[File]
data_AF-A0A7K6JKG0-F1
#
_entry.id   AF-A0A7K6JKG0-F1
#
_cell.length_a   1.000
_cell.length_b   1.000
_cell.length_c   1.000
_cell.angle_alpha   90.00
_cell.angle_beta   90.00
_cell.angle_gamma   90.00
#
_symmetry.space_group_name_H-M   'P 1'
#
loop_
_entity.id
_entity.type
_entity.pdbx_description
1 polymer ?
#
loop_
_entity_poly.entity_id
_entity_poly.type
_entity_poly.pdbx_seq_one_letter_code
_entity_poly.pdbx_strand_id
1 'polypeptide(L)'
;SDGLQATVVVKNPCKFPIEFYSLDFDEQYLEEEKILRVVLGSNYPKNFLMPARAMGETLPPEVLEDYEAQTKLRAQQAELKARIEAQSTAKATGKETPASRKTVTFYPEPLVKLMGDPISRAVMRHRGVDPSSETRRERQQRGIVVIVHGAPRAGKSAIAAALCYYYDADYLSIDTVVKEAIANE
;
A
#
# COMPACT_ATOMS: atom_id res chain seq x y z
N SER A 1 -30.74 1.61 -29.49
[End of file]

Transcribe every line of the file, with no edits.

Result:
data_AF-A0A7K6JKG0-F1
#
_entry.id   AF-A0A7K6JKG0-F1
#
_cell.length_a   1.000
_cell.length_b   1.000
_cell.length_c   1.000
_cell.angle_alpha   90.00
_cell.angle_beta   90.00
_cell.angle_gamma   90.00
#
_symmetry.space_group_name_H-M   'P 1'
#
loop_
_entity.id
_entity.type
_entity.pdbx_description
1 polymer ?
#
loop_
_entity_poly.entity_id
_entity_poly.type
_entity_poly.pdbx_seq_one_letter_code
_entity_poly.pdbx_strand_id
1 'polypeptide(L)'
;SDGLQATVVVKNPCKFPIEFYSLDFDEQYLEEEKILRVVLGSNYPKNFLMPARAMGETLPPEVLEDYEAQTKLRAQQAELKARIEAQSTAKATGKETPASRKTVTFYPEPLVKLMGDPISRAVMRHRGVDPSSETRRERQQRGIVVIVHGAPRAGKSAIAAALCYYYDADYLSIDTVVKEAIANE
;
A
#
# COMPACT_ATOMS: atom_id res chain seq x y z
N SER A 1 -30.74 1.61 -29.49